Linux News Today: Microsoft Reveals Linux-Based Azure Cloud Switch Modular Operating System
After announcing a couple of months back that their Azure cloud hosting platform supported a host of GNU/Linux distributions, including Ubuntu, SUSE Linux Enterprise Server (SLES), CentOS (OpenLogic), Oracle Linux, CoreOS, and OpenSUSE, Microsoft reveals a new product, Azure Cloud Switch.
Based on the latest Linux technologies, Microsoft’s Azure Cloud Switch (ACS) is a cross-platform and modular operating system that the Redmond-based tech company uses to develop software products for network devices, such as switches. Microsoft developers use the Linux-based Azure Cloud Switch operating system to test, debug, and fix software bugs faster than ever, as well as to scale down software and build new functionality.
“The Azure Cloud Switch (ACS) is our foray into building our own software for running network devices like switches. It is a cross-platform modular operating system for data center networking built on Linux. ACS allows us to debug, fix, and test software bugs much faster,” says Kamala Subramaniam, Principal Architect, Azure Networking. “ACS believes in the power of Open Networking. […] ACS allows to use and extend Open Source, Microsoft, and Third Party applications.”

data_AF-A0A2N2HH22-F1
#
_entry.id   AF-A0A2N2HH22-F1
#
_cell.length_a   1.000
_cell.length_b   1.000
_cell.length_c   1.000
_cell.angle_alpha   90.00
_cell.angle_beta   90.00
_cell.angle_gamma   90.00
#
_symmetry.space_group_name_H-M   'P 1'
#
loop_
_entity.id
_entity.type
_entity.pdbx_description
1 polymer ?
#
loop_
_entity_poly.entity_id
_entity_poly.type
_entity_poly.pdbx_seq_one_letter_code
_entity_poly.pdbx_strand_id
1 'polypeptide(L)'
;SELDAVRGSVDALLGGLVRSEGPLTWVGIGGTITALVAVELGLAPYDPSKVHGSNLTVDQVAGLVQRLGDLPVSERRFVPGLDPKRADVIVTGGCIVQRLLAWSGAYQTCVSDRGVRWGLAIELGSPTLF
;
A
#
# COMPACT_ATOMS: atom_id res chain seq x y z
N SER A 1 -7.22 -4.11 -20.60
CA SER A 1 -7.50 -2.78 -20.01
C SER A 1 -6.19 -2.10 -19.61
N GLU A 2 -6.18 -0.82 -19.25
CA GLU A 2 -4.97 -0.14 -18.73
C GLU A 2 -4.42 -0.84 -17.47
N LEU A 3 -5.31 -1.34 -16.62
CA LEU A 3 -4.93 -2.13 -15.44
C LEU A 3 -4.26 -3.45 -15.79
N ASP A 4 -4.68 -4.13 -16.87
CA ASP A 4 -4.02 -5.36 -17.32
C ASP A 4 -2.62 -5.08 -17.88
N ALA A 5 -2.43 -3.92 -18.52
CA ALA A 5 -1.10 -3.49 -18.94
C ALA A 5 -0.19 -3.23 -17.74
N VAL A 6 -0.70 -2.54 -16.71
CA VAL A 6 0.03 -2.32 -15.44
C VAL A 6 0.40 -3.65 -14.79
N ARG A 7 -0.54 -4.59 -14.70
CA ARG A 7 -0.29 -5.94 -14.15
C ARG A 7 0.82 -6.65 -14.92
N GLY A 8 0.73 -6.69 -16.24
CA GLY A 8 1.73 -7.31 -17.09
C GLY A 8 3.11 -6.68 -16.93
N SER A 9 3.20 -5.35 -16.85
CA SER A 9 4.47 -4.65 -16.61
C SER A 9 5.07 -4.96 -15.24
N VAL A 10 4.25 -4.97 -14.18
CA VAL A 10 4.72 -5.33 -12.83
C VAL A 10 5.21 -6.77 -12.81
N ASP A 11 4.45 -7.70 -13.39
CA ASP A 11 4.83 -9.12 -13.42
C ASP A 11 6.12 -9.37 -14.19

Azure Cloud Switch is used for sharing software stacks across different hardware
In addition to debugging their in-house built software, Microsoft uses the Azure Cloud Switch Linux-based operating system to share software stacks across different hardware from various switch vendors, simply by using the Switch Abstraction Interface (SAI) specification, which can be used for programming network switching application-specific integrated circuits.
Azure Cloud Switch can also be integrated with Microsoft’s diagnostics and monitoring system, and features a Lean Stack, which is used for testing and repairing network device software bugs much faster, and a Modular Stack, making validation easier than ever. Based on some of the latest Linux technologies, ACS can use open-source applications, third-party software, and apps designed by Microsoft.